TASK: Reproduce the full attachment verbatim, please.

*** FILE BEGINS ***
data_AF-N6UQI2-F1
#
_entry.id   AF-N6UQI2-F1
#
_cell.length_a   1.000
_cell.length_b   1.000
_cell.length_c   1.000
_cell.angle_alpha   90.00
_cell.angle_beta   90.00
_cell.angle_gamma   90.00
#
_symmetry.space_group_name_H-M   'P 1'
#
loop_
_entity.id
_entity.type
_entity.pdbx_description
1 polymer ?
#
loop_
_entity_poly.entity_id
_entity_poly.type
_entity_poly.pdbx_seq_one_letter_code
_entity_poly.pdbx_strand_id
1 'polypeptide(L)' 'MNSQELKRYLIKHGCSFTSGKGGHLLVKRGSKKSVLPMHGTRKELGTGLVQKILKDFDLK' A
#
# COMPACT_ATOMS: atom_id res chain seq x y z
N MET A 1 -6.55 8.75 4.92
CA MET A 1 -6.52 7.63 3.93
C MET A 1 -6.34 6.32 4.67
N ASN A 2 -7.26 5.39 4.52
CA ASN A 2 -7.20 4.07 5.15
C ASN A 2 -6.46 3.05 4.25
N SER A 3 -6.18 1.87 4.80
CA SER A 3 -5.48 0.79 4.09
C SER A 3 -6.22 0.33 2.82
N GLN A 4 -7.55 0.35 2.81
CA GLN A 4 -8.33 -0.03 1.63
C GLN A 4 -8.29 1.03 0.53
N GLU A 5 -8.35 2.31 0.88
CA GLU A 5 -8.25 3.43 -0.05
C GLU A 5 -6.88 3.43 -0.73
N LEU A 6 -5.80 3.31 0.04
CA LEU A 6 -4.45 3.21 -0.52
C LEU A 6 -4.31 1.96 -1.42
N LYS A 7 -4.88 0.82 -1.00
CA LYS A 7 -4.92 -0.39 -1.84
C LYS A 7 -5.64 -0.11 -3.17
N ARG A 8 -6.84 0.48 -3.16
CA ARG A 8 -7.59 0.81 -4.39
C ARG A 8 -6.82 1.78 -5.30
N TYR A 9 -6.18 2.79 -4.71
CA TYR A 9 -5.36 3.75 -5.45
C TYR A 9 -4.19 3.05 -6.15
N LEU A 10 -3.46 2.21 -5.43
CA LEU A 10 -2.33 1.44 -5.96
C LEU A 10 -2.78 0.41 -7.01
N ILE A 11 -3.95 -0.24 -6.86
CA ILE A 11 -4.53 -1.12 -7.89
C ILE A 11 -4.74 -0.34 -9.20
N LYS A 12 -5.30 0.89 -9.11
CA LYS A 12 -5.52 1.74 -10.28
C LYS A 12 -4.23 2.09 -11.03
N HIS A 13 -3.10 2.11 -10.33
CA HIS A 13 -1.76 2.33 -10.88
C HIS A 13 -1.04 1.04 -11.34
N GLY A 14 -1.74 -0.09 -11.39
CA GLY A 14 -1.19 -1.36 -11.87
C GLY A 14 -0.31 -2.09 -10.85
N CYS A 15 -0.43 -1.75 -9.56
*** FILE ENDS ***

data_AF-N6UQI2-F1
#
_entry.id   AF-N6UQI2-F1
#
_cell.length_a   1.000
_cell.length_b   1.000
_cell.length_c   1.000
_cell.angle_alpha   90.00
_cell.angle_beta   90.00
_cell.angle_gamma   90.00
#
_symmetry.space_group_name_H-M   'P 1'
#
loop_
_entity.id
_entity.type
_entity.pdbx_description
1 polymer ?
#
loop_
_entity_poly.entity_id
_entity_poly.type
_entity_poly.pdbx_seq_one_letter_code
_entity_poly.pdbx_strand_id
1 'polypeptide(L)' 'MNSQELKRYLIKHGCSFTSGKGGHLLVKRGSKKSVLPMHGTRKELGTGLVQKILKDFDLK' A
#
# COMPACT_ATOMS: atom_id res chain seq x y z
N MET A 1 -6.55 8.75 4.92
CA MET A 1 -6.52 7.63 3.93
C MET A 1 -6.34 6.32 4.67
N ASN A 2 -7.26 5.39 4.52
CA ASN A 2 -7.20 4.07 5.15
C ASN A 2 -6.46 3.05 4.25
N SER A 3 -6.18 1.87 4.80
CA SER A 3 -5.48 0.79 4.09
C SER A 3 -6.22 0.33 2.82
N GLN A 4 -7.55 0.35 2.81
CA GLN A 4 -8.33 -0.03 1.63
C GLN A 4 -8.29 1.03 0.53
N GLU A 5 -8.35 2.31 0.88
CA GLU A 5 -8.25 3.43 -0.05
C GLU A 5 -6.88 3.43 -0.73
N LEU A 6 -5.80 3.31 0.04
CA LEU A 6 -4.45 3.21 -0.52
C LEU A 6 -4.31 1.96 -1.42
N LYS A 7 -4.88 0.82 -1.00
CA LYS A 7 -4.92 -0.39 -1.84
C LYS A 7 -5.64 -0.11 -3.17
N ARG A 8 -6.84 0.48 -3.16
CA ARG A 8 -7.59 0.81 -4.39
C ARG A 8 -6.82 1.78 -5.30
N TYR A 9 -6.18 2.79 -4.71
CA TYR A 9 -5.36 3.75 -5.45
C TYR A 9 -4.19 3.05 -6.15
N LEU A 10 -3.46 2.21 -5.43
CA LEU A 10 -2.33 1.44 -5.96
C LEU A 10 -2.78 0.41 -7.01
N ILE A 11 -3.95 -0.24 -6.86
CA ILE A 11 -4.53 -1.12 -7.89
C ILE A 11 -4.74 -0.34 -9.20
N LYS A 12 -5.30 0.89 -9.11
CA LYS A 12 -5.52 1.74 -10.28
C LYS A 12 -4.23 2.09 -11.03
N HIS A 13 -3.10 2.11 -10.33
CA HIS A 13 -1.76 2.33 -10.88
C HIS A 13 -1.04 1.04 -11.34
N GLY A 14 -1.74 -0.09 -11.39
CA GLY A 14 -1.19 -1.36 -11.87
C GLY A 14 -0.31 -2.09 -10.85
N CYS A 15 -0.43 -1.75 -9.56